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Police pull plug on R&B band in Washington Square Park

BY EVERYNIGHT CHARLEY CRESPO | Leroy Webb spent a good part of the summer evenings singing rhythm and blues and playing his electric piano by the fountain in Washington Square Park. Webb now leads a quartet which, he announced, plays in the park every Thursday night.

Leroy Webb and his R&B band performing before police shut them down. (Photo by Everynight Charley Crespo)

Last Thursday night, however, two police officers came by about 10:20 p.m. and ordered the musicians to stop playing amplified music and pack their instruments. The police also shut down someone who was playing recorded music from a 4-foot-tall boom box inside the fountain, which is now dry and draws skateboarders.

Technically, performers need to obtain a permit to play amplified music in the city’s parks. The officers explained this to Webb, adding that, even if he had a permit, he could not play after 10 p.m.

5 Comments

  1. Obiter Dicta Obiter Dicta December 9, 2020

    Many thanks to the fine officers of the 6th Precinct for enforcing the Parks Department prohibition against the use of amplifiers in Washington Square Park at any time without a permit and for the prohibition against the playing of any musical instruments after 10:00 pm. There are a great many of us who use the park in the evenings and live within blocks of the park who have been severely impacted by the deafening volume of music and piercing singing pouring out of high volume loud speakers which can be heard from blocks around. It’s not fair to others in the park who want to enjoy the park without being blasted out of it.

  2. Steven Hill Steven Hill December 9, 2020

    Great Job! When Will the Police End the Drug Dealing Heroin/Crack Smoking Oxy/Fentanyl Pill Dealing Mess in the Northwest Corner & West Side of the Park???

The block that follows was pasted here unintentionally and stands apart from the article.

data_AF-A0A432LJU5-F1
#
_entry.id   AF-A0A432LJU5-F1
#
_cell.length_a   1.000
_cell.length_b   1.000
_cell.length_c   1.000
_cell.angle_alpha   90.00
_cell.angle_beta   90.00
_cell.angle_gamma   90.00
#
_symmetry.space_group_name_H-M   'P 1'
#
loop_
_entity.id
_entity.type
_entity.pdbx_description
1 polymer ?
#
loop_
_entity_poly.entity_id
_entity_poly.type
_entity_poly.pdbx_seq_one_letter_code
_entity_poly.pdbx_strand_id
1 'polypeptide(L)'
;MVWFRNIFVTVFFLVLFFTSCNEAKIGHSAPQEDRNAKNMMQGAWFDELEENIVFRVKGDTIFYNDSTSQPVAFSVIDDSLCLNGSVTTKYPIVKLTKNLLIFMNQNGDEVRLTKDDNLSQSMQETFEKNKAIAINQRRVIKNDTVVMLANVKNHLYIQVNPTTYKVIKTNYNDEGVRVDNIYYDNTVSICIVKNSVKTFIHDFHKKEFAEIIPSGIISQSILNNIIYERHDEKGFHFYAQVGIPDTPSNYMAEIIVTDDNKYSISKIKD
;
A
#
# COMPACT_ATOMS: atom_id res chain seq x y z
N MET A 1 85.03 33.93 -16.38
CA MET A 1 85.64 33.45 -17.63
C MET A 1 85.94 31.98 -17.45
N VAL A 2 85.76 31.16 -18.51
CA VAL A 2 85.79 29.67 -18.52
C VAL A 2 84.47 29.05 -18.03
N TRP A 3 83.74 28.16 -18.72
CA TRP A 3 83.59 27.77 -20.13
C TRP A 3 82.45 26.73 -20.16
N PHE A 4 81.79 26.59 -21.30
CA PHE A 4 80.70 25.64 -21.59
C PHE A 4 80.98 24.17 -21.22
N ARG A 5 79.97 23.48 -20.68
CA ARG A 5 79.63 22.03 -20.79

I sent this email to New Deputy of WSQ Park:

    Good Morning,
    It has come to my attention that Park Rangers are now giving tickets to Dog Walkers for the grassy area Pet Violations. I have no problem with tickets of rule violations but I believe the Rangers are usings dog walkers as easy targets for city revenue.
    Why…because the rules of the Park are NOT being enforced equally and this is a NEW Tactic.
    Daily, dozens of Skateboarders Violate Park Rules…No One is Stopping them and they are a danger to Pedestrians. I have nothing against them… There are 3 children’s playgrounds…Teenages should have a skateboard area in the Park…I’m all for that!
    Now WORST VIOLATORS…the Northwest Corner of the Park…Drug Dealers and their Hanger-on Customers…I know the Rangers will do Nothing to stop the Drug Dealing (Police Issue)…but the Rangers deliberately avoid the area. After the complaints they show up for 2 days and disappear. There should be constant monitoring of this area by the Rangers and install a Camera as Well.There are CONSTANT DAILY HOURLY Park VIOLATIONS…Crack pipe smoking, smoking cigarettes, drinking alcohol, gambing, trashing the area (litter) and Public Urination.
    LET’S have EQUAL Enforcement of the Rules. Same Violations goes on in the Chess area as well. & Why Chess Hustlers get to Occupy a table 24/7…there should be a limit for others who of course avoid the area.
    Thanks for your time.

  3. Jane Doh Jane Doh December 10, 2020

    PLEASE make this stop. My kids can’t sleep. You can hear this band in the back rooms of apartments two blocks away. It’s not fair to residents. It must stop. Leroy Webb, if you are reading this, understand that there are hard-working people in the neighborhood that deserve peace and quiet. It is selfish. It is a nuisance. It is noise. After jackhammers in the street all day doing construction, this is just an insult and could truly make someone go mental.

  4. Going mental Going mental December 10, 2020

    And he’s god awful. Tone deaf. No talent. James Brown without a sense of actual rhythm.

    • Charley Crespo Charley Crespo December 11, 2020

      Leroy is a talented rhythm and blues singer, keyboardist and entertainer. What might be his weakness is that rather than sing tight songs, much of his arrangements are soulful grooves with a few lyrics and then extended with lots of improvisational singing and audience interaction. Sometimes it seems like the songs are overdue for a proper ending. This is party music, however, not a recital, and sometimes these grooves get people dancing in the park. We have to allow for tastes and opinions, but the reader’s description of Webb as James Brown without a sense of proper rhythm is an unfair critique. Neither Webb’s singing nor his music is in the style of James Brown’s horn section-driven funk and, contrarily, Webb relies way too much on his rhythm. I do sympathize with the neighbors, however; I usually know when Webb is performing because I can hear the volume even before I enter the park.

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